Here are 3 things that were different — and 3 that were the same — without Donald Trump in the GOP debate
For all of those people who wanted to know what a debate would look like without Donald Trump, you found out Thursday night.
It was a dull and dry policy debate between a bunch of nerds unafraid of the school bully. For those who enjoy watching all of the candidates get beat up by Trump, it was a little lighter and fluffier. It allowed the candidates to attack the guy who wasn’t there. It’s like yelling at the school bully as he’s walking away trying to pretend you’re the badass one.
In that spirit, here are three things that were different and three things that were the same without Donald Trump on the debate stage.
1. Time to attack the guy who isn’t there
You know that Trump is going to play off Thursday’s debate like he’s a victim. It’ll certainly be unbearable. Without the frontrunner on the stage, Jeb Bush, Ted Cruz and Marco Rubio took an opportunity to go after him:
Ted Cruz: “Let me say I’m a maniac and everyone on this stage is stupid, fat and ugly. And Ben, you’re a terrible surgeon. Now that we’ve gotten the Donald Trump portion out of the way.” Two sentences later: “Let me be clear, if Donald engages in insults or anybody else, I don’t intend to reciprocate. I have not insulted Donald personally and I don’t intend to.”
This would have been a good joke if Cruz didn’t have to turn around and explain it to the people already laughing.
Another hilarious Trump reference that Cruz made was when he said, “I may have to leave the stage.”
Rubio: “He’s an entertaining guy. He’s the greatest show on earth. This campaign is about the greatest country in the world and a president who has systematically destroyed many of the things that made America special.”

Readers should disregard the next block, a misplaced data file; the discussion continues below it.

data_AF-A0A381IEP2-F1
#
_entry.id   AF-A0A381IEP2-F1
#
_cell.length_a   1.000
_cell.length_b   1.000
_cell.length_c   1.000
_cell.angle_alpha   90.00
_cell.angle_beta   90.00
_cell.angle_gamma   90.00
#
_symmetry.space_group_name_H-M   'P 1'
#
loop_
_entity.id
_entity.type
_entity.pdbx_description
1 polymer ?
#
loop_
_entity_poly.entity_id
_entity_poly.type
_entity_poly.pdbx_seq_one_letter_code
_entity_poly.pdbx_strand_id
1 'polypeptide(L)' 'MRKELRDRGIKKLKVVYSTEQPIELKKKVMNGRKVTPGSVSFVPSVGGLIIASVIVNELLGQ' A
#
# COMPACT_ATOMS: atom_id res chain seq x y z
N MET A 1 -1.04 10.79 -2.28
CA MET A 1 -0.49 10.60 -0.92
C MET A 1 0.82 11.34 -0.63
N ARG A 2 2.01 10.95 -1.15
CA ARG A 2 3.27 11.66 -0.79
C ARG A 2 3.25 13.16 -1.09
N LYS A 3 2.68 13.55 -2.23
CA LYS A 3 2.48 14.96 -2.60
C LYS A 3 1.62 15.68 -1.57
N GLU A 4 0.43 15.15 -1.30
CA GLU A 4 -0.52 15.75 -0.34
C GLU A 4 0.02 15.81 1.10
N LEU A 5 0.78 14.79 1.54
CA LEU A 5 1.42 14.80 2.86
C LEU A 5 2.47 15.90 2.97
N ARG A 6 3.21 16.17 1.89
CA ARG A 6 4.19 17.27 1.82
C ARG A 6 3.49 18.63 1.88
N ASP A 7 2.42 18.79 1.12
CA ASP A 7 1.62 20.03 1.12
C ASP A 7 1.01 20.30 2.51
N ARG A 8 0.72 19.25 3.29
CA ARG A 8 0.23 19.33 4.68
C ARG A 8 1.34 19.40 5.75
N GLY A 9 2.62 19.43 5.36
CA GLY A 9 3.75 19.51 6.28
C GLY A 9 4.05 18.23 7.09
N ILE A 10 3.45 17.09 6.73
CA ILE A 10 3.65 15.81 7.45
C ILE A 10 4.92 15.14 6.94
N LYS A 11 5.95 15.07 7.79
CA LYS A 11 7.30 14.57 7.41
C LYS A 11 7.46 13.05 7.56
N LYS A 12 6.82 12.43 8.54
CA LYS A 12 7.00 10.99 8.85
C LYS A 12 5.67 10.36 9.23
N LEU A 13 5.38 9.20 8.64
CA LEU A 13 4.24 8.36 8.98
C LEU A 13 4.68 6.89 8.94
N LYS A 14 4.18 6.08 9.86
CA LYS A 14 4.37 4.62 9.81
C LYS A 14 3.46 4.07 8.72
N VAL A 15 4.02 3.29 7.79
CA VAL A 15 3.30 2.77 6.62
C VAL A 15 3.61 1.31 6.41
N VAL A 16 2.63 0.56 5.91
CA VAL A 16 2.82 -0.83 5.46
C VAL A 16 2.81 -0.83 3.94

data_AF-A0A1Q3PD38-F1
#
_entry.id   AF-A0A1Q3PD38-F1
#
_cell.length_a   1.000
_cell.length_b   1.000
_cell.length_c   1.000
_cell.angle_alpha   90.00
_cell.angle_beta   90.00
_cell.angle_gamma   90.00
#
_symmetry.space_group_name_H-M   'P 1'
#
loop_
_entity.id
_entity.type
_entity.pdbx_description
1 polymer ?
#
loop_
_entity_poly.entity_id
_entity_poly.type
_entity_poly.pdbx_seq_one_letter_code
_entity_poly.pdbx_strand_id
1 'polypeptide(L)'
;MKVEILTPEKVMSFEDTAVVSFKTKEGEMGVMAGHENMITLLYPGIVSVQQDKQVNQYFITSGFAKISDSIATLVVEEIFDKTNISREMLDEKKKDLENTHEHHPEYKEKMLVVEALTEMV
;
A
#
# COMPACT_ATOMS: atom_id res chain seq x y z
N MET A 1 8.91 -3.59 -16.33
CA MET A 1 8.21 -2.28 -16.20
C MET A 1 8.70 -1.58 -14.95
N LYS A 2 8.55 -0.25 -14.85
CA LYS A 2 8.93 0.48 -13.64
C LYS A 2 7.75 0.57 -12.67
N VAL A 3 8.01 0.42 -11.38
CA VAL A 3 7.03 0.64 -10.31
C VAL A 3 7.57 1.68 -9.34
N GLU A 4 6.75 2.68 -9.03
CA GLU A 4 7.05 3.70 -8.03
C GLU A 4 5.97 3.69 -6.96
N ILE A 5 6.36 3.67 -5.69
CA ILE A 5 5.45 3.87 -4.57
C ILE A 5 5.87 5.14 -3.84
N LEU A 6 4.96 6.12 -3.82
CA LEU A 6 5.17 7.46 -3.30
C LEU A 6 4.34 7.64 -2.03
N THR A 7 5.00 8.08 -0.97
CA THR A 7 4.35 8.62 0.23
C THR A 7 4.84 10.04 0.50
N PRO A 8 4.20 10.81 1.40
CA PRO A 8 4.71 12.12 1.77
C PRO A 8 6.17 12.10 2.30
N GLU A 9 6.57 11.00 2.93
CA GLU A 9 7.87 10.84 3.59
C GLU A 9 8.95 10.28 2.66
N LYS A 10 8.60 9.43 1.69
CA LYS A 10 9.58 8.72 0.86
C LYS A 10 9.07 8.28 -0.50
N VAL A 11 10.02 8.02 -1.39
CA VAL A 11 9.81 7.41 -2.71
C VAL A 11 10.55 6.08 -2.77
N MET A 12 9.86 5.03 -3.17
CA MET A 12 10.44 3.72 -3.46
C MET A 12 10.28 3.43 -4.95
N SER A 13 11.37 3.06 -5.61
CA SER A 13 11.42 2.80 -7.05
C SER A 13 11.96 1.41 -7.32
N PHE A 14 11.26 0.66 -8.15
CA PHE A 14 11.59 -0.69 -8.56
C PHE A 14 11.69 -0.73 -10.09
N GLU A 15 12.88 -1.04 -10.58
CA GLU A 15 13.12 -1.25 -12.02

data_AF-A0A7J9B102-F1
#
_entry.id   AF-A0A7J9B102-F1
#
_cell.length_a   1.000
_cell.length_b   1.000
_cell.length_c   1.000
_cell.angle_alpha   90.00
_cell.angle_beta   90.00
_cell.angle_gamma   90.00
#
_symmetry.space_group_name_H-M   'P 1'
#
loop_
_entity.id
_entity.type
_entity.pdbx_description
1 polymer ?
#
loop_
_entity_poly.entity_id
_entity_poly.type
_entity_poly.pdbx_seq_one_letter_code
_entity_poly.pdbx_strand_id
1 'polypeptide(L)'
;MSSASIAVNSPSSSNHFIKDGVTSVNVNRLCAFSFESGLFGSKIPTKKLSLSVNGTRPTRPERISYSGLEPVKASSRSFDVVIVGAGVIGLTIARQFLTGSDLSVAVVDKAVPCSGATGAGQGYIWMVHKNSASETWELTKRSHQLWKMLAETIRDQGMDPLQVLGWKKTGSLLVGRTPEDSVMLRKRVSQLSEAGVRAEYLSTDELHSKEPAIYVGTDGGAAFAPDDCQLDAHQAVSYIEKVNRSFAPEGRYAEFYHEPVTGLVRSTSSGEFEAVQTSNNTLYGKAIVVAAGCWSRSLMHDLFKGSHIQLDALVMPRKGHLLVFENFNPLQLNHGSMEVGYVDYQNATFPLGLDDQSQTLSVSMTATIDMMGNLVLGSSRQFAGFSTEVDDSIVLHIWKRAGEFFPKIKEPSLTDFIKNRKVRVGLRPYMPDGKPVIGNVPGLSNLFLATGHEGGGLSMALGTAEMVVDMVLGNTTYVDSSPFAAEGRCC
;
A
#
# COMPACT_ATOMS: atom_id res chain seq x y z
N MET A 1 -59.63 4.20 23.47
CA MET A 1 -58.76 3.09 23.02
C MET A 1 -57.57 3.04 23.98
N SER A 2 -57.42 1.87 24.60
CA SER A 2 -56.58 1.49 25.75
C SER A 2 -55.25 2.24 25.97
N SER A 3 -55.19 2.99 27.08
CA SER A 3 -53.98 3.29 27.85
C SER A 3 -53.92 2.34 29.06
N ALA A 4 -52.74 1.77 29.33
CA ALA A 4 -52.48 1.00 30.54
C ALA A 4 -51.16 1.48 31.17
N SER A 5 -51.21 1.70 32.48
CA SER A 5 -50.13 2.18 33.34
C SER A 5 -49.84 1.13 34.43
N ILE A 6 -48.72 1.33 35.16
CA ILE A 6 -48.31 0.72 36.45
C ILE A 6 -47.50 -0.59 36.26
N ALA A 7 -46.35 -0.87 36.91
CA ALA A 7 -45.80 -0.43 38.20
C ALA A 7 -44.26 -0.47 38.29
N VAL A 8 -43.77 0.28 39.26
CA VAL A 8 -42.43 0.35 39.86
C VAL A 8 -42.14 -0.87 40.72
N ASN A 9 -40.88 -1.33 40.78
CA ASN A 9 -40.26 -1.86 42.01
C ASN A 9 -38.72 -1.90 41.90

At one point Rubio also reassured the debate moderators that he wasn’t leaving the stage regardless of what they asked him.
Bush: “I kind of miss Donald Trump. He was a little teddy bear to me. We always had such a loving relationship in these debates and in between and the tweets. I kind of miss him. I wish he was here. Everybody else was in the witness protection program when I went after him on behalf of what the Republican cause should be: conservative principles, believing in limited government, believing in accountability.”
Bush’s slams on Trump were the best for those that appreciate sarcasm, but did the people in the audience get it?
2. More candidates got more time
Without Trump on stage, suddenly people had an opportunity to hear more from candidates that generally get glossed over. For the first time ever, Marco Rubio actually had more time to speak on stage and it may result in a surge in the polls for him.
Cruz was second behind him, but his performance left much to be desired. Let’s be honest, he sucked like an octopus on Chris Christie’s face. Cruz needed to crush it tonight. He didn’t.
Some of the best tongue-in-cheek comments and quick comebacks came from Jeb Bush, who got the third most amount of time. Without Trump there to bully him and get under his skin, it seemed like Bush had an opportunity to relax and actually connect to voters.
The rest of the candidates, let’s be honest — it doesn’t matter how much time they get, they’re never going to win.
CORRECTION to final talk times Rubio: 13:31
— Domenico Montanaro (@DomenicoNPR) January 29, 2016